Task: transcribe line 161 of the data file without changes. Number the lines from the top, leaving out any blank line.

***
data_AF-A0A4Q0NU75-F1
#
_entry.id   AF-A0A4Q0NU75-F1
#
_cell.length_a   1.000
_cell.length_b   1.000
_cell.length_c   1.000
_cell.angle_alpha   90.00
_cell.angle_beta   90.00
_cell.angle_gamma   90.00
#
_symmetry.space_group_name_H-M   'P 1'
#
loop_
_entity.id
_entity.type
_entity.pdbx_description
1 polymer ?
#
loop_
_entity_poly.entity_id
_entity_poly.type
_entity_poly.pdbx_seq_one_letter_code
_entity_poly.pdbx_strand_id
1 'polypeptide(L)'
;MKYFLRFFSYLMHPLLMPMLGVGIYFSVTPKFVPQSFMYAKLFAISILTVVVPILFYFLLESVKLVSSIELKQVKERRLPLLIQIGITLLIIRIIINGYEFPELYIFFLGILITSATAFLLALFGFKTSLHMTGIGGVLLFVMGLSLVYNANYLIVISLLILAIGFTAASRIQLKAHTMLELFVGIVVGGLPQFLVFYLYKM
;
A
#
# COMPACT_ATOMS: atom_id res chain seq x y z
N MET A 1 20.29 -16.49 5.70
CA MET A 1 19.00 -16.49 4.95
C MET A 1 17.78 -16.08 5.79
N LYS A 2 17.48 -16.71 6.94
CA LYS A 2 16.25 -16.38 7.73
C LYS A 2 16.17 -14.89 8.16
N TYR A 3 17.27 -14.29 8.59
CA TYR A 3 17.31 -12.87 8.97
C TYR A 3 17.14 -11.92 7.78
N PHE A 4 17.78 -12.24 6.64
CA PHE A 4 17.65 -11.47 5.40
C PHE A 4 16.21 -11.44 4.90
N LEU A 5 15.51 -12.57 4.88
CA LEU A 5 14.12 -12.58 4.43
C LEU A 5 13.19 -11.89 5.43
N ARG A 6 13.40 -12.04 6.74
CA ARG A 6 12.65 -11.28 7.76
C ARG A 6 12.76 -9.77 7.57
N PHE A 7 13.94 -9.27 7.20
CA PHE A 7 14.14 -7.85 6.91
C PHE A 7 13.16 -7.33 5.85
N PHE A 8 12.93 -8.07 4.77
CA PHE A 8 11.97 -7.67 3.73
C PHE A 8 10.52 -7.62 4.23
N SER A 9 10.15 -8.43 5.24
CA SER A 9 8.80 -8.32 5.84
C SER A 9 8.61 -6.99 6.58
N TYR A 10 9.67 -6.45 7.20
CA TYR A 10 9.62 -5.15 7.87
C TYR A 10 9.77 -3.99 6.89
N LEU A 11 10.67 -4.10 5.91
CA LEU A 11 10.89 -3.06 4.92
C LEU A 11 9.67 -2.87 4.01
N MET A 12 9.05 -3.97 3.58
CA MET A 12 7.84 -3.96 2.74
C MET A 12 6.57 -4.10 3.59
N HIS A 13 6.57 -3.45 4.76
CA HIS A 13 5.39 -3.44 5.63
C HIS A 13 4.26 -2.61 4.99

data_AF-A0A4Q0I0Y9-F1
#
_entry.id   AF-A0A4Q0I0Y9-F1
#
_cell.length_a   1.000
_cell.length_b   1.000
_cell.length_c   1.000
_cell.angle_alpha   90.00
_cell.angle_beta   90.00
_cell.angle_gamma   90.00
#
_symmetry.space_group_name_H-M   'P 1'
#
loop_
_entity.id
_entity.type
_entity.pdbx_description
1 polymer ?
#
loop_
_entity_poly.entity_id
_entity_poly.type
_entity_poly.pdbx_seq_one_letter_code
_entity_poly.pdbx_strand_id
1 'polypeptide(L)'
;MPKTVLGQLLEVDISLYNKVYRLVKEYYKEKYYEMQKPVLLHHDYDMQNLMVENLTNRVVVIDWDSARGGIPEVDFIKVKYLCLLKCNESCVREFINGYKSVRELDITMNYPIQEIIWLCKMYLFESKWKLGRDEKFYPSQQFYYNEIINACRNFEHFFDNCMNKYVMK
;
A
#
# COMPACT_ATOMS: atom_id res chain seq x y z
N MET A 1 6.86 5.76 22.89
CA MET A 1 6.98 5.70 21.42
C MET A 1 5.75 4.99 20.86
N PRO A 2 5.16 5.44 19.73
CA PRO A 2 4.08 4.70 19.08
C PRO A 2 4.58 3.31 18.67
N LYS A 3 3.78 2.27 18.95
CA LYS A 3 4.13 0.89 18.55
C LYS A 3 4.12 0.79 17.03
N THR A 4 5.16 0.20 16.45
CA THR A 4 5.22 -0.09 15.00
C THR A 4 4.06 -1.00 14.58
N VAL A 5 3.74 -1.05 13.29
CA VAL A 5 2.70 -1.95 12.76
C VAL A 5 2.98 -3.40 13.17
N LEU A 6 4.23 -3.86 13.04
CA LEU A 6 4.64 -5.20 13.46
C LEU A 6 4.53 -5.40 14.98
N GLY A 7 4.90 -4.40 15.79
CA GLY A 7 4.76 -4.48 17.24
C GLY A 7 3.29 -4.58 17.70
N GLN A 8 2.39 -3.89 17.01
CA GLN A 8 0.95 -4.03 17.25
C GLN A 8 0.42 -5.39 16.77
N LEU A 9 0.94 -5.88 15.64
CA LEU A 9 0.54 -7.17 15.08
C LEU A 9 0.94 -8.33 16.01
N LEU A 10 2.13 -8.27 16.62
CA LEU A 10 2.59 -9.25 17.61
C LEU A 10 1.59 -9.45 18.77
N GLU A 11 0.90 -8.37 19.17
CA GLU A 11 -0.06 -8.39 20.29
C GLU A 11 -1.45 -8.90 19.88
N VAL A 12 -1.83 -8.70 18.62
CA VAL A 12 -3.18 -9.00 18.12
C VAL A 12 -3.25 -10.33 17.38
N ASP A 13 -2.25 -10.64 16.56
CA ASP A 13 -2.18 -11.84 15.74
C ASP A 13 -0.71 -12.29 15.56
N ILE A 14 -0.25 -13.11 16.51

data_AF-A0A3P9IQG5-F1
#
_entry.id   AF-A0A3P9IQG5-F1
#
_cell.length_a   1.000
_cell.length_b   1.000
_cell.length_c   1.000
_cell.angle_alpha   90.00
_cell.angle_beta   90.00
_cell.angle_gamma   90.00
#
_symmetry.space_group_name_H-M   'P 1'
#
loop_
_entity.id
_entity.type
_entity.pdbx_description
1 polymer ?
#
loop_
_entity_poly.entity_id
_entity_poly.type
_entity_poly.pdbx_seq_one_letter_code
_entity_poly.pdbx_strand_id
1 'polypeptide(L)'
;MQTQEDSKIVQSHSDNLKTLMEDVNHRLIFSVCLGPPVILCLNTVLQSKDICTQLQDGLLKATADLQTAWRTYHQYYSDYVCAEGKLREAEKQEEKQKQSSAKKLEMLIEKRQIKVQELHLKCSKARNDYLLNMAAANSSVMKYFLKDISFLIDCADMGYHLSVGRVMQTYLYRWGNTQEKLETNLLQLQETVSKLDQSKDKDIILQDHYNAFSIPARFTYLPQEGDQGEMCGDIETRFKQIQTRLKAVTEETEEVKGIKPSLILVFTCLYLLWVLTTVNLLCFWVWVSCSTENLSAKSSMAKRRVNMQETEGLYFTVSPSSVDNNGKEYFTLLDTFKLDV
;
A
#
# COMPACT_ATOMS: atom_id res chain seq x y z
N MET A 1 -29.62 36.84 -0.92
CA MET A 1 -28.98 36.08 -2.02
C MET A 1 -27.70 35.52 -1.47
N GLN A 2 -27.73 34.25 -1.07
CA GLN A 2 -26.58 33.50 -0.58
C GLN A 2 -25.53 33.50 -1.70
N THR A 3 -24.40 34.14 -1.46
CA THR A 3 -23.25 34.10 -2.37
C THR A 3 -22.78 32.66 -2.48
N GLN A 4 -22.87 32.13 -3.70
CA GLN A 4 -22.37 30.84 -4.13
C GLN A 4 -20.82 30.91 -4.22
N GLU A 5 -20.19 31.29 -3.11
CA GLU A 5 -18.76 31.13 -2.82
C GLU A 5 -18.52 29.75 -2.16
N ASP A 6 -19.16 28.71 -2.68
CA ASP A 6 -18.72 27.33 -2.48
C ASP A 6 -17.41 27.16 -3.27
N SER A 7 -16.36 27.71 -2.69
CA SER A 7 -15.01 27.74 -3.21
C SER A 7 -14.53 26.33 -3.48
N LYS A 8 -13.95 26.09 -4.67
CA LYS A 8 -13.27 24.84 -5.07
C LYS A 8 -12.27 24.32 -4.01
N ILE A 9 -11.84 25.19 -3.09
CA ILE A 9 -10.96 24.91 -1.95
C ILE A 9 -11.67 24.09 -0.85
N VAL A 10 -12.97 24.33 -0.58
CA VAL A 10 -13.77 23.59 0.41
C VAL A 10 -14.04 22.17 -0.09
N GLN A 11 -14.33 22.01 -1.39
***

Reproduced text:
_entity_poly.type